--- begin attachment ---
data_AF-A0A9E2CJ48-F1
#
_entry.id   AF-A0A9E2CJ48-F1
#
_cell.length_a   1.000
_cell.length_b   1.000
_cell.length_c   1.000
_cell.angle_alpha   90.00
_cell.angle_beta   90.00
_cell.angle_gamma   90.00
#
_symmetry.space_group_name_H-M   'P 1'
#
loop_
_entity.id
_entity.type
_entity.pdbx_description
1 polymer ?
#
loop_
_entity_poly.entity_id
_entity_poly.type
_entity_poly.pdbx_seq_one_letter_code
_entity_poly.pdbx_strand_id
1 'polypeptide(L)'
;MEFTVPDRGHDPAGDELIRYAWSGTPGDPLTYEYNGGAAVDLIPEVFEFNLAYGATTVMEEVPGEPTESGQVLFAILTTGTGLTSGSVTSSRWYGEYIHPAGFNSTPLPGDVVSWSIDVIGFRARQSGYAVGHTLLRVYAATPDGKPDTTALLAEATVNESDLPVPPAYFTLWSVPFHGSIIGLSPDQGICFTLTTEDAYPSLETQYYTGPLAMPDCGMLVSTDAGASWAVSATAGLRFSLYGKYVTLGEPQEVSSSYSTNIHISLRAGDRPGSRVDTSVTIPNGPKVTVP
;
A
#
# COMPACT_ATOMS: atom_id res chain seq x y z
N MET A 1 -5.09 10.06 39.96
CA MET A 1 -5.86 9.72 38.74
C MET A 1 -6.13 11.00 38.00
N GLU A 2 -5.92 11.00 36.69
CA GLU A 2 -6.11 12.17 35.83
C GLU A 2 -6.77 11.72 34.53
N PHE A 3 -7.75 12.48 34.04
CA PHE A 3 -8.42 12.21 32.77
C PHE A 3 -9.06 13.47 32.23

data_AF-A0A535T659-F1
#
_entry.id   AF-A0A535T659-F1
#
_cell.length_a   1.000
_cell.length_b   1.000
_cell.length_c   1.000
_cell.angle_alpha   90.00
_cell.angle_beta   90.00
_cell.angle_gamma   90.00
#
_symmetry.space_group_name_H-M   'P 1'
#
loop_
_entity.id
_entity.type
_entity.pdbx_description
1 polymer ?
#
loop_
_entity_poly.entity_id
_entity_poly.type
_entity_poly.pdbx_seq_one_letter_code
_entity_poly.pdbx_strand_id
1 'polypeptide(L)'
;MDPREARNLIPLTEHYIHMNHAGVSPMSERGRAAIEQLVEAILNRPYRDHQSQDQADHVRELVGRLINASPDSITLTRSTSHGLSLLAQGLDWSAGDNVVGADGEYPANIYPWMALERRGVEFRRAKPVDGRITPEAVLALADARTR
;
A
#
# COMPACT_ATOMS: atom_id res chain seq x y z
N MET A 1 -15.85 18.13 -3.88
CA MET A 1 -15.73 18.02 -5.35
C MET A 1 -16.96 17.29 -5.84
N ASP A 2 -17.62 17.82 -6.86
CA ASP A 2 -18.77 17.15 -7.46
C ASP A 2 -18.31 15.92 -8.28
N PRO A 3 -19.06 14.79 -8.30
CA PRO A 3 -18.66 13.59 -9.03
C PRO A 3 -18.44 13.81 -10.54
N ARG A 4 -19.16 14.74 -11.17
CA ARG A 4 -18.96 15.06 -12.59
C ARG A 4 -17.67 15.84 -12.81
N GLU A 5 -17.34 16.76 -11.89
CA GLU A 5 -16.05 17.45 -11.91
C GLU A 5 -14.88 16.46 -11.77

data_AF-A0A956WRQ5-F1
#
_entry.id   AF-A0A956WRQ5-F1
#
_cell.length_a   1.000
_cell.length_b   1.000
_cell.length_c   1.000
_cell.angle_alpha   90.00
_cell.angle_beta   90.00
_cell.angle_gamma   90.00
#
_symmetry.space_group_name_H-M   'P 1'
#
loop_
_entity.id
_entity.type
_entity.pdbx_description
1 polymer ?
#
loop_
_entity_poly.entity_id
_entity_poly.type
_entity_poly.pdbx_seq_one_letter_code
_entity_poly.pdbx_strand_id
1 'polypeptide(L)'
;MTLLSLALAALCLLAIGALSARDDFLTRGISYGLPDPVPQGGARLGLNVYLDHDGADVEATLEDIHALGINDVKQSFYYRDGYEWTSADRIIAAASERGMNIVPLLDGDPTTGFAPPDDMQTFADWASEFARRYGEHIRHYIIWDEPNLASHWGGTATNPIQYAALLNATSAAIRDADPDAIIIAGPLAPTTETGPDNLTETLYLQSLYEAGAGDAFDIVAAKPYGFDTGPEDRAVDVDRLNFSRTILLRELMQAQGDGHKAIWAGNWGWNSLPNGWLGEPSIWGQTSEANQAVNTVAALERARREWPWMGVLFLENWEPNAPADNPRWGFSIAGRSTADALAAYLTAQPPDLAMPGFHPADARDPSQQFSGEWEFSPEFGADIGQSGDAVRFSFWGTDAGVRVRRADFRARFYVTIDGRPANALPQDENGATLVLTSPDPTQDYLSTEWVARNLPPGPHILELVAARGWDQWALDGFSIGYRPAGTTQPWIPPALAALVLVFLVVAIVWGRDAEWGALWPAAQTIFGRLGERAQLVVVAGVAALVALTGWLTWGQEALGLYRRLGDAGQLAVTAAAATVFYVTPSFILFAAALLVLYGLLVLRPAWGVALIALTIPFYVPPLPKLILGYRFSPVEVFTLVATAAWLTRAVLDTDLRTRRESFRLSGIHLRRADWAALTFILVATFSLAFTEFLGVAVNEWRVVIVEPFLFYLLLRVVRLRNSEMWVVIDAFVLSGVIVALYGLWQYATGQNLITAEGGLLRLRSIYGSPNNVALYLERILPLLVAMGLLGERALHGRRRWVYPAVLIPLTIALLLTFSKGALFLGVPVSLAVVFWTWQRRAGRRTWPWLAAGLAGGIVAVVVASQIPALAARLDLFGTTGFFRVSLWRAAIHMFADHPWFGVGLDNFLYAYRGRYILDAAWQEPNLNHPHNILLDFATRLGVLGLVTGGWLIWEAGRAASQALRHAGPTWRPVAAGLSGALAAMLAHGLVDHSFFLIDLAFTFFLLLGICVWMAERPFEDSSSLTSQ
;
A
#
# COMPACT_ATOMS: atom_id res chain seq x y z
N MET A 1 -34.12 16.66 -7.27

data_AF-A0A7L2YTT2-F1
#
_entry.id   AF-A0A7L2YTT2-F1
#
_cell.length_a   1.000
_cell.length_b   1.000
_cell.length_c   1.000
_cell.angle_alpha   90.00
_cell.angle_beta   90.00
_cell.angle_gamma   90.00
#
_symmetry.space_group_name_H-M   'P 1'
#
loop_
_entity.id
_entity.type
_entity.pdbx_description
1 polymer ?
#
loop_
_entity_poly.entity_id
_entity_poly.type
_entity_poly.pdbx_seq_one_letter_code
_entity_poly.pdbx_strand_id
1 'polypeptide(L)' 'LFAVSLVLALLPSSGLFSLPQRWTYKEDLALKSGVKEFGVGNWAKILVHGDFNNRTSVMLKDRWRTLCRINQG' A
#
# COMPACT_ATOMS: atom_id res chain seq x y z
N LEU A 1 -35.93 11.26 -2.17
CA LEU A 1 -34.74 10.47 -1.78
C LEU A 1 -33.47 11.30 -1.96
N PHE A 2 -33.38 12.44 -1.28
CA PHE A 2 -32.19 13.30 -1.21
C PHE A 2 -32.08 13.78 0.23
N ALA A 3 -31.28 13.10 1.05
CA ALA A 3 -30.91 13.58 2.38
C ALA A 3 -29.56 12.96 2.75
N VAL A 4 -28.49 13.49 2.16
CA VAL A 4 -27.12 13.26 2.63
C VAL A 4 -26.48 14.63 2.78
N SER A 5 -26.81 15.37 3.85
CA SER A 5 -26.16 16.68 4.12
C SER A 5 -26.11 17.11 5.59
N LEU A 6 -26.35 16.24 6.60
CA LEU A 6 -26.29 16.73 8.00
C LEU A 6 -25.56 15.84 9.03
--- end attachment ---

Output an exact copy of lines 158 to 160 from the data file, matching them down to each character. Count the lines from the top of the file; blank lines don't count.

N LEU A 6 -26.35 16.24 6.60
CA LEU A 6 -26.29 16.73 8.00
C LEU A 6 -25.56 15.84 9.03